CA3’s direction is perhaps more generic (i.e., having fewer to no hallmarks of an individual director’s vision) but it is consistent throughout the movie. The soundtrack matches the on-screen action, the acting is good, it’s well-paced, and there was no scene that caused me to think, “Wait, why is this even here? What is going on?” (I had a lot of those moments with BvS). But most importantly, the direction didn’t bog the movie down with an inflated sense of self-importance. This was a summer blockbuster that’s supposed to be fast-paced and exciting with a few laughs and a few tears. It’s supposed to be fun, and it is fun.
Winner – CA3.
3) Plot – As the Honest Trailer pointed out, these movies have a lot of plot in common. There’s a randomly motivated villain with an incomprehensible and implausible plan to get heroes to fight, which works because they won’t just sit down and talk out their differences and instead over-react, lots of spin-offs and sequel-baiting, and finally a teaser of a greater threat lurking just a few movies away. There are a lot of contrived plot points in both of them and a lot of plotholes that are just hand-waved away if they are acknowledged at all. Both movies were also well over two hours, so what’s really the difference?
CA3 didn’t feel like it had a 2+ hour runtime. Nothing felt like filler, not even Iron Man stopping in to pick up Spider-man which clearly was added when Marvel Studios got shared custody of the character from Sony. CA3 is really “Avengers 2.5” and even with all those characters to manage (and new ones to introduce), the inclusion of all these characters didn’t feel forced. Even Ant-man, and you know how I feel about Ant-man, served a purpose (even if just comic relief).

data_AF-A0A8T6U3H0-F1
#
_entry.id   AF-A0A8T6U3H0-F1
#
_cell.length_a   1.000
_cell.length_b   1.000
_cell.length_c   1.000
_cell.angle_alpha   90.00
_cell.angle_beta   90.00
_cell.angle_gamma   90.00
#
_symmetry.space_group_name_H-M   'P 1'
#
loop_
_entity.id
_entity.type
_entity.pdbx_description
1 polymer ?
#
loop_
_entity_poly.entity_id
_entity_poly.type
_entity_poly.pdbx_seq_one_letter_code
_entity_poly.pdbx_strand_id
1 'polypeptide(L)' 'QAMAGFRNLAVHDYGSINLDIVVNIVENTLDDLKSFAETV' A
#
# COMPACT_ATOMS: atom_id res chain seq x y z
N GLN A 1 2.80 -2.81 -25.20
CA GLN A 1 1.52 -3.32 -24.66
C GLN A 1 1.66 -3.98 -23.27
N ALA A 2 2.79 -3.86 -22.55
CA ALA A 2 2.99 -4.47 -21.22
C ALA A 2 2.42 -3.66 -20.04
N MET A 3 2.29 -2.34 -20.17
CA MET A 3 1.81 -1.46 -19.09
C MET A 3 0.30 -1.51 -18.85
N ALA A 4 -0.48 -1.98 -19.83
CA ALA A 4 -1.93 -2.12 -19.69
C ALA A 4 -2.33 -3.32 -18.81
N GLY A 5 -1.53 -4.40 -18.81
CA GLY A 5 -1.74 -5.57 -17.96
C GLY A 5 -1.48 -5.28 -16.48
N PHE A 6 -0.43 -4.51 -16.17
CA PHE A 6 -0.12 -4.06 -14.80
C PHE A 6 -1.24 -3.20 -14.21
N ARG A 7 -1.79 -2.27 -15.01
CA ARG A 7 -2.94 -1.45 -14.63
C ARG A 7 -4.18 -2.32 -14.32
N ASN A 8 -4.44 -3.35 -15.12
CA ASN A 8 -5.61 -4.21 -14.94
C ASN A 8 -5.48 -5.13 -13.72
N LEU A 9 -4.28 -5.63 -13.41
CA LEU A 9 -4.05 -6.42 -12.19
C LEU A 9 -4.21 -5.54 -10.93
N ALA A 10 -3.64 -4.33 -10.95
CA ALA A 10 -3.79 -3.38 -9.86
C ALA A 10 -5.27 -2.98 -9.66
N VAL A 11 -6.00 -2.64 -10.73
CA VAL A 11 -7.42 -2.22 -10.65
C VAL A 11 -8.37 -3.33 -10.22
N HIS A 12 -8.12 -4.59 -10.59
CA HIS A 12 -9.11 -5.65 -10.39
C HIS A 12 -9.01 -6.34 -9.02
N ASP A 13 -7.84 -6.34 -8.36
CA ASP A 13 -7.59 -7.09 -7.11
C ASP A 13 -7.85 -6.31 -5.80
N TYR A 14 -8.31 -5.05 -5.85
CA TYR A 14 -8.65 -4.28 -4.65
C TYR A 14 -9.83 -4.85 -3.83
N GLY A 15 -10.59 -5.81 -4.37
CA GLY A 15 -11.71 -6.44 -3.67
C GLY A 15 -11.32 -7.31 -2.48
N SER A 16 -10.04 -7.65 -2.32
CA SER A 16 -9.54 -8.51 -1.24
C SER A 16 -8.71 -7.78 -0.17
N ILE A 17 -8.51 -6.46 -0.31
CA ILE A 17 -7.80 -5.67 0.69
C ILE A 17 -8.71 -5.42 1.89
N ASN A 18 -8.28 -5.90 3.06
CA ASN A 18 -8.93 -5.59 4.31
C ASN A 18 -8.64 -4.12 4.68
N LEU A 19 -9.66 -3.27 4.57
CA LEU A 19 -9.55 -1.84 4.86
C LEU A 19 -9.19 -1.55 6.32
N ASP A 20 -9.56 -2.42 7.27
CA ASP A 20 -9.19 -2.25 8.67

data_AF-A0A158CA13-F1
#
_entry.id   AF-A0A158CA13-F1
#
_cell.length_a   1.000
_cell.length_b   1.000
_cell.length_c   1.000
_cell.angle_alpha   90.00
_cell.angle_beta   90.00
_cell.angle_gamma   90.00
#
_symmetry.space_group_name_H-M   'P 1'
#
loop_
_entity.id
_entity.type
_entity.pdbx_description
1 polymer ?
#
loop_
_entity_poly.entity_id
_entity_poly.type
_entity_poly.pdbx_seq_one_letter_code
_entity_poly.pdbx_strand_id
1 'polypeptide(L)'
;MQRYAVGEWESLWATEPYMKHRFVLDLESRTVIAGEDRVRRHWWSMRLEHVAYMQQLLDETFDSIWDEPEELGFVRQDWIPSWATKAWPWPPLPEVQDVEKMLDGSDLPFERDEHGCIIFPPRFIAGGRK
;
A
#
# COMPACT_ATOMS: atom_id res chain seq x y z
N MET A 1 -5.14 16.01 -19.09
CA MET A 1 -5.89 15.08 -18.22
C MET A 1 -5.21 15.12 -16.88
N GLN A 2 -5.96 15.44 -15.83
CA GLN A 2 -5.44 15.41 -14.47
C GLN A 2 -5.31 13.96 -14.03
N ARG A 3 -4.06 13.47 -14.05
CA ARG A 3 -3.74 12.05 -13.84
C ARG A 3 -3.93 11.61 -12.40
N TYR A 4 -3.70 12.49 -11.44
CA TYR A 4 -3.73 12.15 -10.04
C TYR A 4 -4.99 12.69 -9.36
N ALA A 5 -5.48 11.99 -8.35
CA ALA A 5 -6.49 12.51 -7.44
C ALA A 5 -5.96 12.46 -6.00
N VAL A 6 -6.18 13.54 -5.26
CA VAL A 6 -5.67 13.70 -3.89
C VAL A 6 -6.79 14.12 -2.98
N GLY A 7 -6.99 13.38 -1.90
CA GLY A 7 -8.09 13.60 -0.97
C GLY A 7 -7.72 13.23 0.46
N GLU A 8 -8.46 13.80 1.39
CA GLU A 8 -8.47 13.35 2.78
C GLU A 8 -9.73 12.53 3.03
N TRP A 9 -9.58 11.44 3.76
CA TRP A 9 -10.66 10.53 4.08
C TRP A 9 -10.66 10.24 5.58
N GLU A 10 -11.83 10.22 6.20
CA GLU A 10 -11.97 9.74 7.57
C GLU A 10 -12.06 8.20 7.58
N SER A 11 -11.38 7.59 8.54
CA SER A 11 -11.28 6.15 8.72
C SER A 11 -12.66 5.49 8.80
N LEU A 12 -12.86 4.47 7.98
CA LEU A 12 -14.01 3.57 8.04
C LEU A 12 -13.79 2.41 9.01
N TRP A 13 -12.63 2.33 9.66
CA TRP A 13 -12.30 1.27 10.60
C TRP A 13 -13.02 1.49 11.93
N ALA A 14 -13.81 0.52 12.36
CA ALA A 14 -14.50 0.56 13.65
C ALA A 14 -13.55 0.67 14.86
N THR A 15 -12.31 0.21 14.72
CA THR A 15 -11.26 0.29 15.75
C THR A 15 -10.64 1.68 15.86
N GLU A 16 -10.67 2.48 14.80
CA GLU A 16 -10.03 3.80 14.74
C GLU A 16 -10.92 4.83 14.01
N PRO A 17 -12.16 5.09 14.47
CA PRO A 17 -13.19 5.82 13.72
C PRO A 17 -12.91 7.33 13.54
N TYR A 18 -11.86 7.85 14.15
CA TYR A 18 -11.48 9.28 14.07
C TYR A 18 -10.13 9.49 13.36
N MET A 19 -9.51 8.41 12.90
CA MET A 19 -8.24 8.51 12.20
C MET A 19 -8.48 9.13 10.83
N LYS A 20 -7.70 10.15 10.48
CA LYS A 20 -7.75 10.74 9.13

BvS felt bloated and loooong. I’ve already said this movie was trying to do too much and it really shows. So many of the subplots just didn’t go anywhere (like Superman’s existential crisis), Wonder Woman was obviously shoe-horned in, and many of the supporting cast didn’t need to be there anyway. A lot of scenes felt like filler.
Winner – CA3.
4) Characters – I realize that this category is not fair to WB/DC. Marvel Studios has built up its characters over a series of movies. At this point, the audience is expected to know who most of the characters are and what led up to this particular conflict. BvS has to introduce one-half of its title fight and jam in sufficient reason for the conflict all in one movie. That’s a pretty tall order, and I suppose it’s no surprise BvS couldn’t pull it off.
WB/DC’s offering, despite the title, wasn’t Batman versus Superman. It was Squadron Sinister Hyperion versus Crazy Steve. I don’t like either character so that already distanced me from having any emotional investment. The supporting cast was annoying or marginalized. The villain was completely out of character (as established in the comics anyway) and really annoying.
In contrast, Marvel Studios managed to take a contrived premise and get me invested in the characters and the emotional stakes. Sure, the villain was practically a non-entity, but that isn’t a problem for me because the villain is supposed to be that way.
Winner – CA3.
5) Final Thoughts – Of course CA3 is the winner. Despite the similarity in plot (including plotholes), CA3 is just a better movie. It’s better written, better directed, better acted, and understands what it is – a fun, summer blockbuster. Could CA3 be better? Yes, it could. Neither movie really managed to put forth long-lasting stakes. No one died in CA3, and while Superman did die, it’s clear he’s coming back eventually. I’ll take a fun (if shallow and generic), well-made movie in which the creative team has clear affection for their characters over a sad, brooding poorly made movie in which the creative team apparently hates all the characters.